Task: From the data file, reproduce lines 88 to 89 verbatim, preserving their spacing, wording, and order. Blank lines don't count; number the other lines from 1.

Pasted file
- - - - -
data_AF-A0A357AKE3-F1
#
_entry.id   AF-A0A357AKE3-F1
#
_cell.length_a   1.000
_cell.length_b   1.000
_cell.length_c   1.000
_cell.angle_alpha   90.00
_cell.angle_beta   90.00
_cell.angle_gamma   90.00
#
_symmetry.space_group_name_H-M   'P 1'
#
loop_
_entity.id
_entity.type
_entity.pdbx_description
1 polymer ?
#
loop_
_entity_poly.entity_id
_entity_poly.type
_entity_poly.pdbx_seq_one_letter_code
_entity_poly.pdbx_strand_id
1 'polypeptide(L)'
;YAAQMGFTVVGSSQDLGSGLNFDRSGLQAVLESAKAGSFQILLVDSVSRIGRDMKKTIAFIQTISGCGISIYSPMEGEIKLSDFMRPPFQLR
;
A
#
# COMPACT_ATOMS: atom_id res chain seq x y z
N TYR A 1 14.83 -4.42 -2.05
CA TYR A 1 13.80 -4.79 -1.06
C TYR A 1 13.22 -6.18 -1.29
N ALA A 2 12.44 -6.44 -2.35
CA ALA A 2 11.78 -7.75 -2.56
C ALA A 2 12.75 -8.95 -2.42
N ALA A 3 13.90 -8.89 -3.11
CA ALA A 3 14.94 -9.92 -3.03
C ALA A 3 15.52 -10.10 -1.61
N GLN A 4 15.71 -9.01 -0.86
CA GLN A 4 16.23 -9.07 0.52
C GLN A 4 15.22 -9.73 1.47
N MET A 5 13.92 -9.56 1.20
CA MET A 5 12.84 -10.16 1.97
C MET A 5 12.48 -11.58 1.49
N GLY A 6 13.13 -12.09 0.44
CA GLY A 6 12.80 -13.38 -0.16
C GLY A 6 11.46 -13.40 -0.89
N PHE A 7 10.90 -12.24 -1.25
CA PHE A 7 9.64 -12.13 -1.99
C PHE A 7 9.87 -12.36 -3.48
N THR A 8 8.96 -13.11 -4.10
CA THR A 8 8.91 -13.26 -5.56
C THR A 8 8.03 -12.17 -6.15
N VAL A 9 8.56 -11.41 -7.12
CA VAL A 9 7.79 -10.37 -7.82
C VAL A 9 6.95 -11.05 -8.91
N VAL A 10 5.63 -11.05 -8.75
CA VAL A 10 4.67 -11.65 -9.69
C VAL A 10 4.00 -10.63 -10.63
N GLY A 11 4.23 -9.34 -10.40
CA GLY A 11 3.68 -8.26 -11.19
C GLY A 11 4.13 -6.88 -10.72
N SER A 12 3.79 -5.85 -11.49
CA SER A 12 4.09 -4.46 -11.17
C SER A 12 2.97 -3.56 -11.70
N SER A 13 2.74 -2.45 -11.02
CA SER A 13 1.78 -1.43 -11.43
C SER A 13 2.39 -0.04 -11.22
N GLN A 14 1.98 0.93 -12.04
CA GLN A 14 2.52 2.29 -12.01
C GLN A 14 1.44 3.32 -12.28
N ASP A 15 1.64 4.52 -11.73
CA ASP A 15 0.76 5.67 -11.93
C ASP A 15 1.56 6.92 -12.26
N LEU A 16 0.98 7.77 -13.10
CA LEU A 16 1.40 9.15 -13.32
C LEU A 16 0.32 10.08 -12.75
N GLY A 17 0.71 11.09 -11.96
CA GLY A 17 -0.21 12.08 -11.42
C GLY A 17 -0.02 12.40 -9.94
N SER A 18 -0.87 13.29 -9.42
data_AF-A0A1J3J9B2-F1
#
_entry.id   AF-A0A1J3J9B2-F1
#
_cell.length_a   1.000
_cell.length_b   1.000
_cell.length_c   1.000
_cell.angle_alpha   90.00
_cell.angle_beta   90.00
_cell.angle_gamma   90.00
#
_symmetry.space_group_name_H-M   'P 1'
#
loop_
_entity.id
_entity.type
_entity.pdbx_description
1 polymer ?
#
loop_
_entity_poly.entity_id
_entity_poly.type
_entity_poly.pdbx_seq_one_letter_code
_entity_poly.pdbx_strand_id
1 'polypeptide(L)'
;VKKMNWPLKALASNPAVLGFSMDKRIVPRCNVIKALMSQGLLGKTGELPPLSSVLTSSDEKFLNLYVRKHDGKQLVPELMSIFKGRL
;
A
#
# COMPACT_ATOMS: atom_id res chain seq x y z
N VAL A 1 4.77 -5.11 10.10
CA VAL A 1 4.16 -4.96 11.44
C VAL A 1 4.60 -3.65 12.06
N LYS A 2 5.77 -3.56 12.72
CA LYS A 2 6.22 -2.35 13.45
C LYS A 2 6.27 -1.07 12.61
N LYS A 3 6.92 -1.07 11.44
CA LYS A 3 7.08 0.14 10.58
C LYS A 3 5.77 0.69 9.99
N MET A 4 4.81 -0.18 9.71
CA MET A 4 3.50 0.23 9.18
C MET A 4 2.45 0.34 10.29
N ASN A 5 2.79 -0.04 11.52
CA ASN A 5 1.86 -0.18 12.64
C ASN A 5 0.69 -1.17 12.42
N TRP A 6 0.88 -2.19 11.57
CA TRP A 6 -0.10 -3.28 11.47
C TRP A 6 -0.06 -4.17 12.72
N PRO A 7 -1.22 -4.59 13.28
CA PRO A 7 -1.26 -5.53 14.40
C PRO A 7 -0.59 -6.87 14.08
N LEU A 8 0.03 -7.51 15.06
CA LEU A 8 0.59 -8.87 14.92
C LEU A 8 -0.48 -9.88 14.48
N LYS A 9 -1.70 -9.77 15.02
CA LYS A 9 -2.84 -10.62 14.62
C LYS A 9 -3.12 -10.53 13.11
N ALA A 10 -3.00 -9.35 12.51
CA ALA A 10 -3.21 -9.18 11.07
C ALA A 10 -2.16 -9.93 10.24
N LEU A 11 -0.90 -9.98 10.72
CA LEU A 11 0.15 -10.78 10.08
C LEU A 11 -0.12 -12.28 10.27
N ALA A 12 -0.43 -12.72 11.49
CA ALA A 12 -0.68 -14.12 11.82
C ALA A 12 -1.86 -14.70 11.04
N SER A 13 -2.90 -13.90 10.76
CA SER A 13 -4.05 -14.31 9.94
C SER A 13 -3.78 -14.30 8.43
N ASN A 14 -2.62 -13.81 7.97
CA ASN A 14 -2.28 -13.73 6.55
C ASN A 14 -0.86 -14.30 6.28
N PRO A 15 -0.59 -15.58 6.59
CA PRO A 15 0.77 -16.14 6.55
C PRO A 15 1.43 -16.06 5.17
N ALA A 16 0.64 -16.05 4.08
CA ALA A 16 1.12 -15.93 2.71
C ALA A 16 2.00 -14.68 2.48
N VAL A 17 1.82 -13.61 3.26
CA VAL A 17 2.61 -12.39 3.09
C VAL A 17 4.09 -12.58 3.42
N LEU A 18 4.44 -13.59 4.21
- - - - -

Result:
_cell.length_b   1.000
_cell.length_c   1.000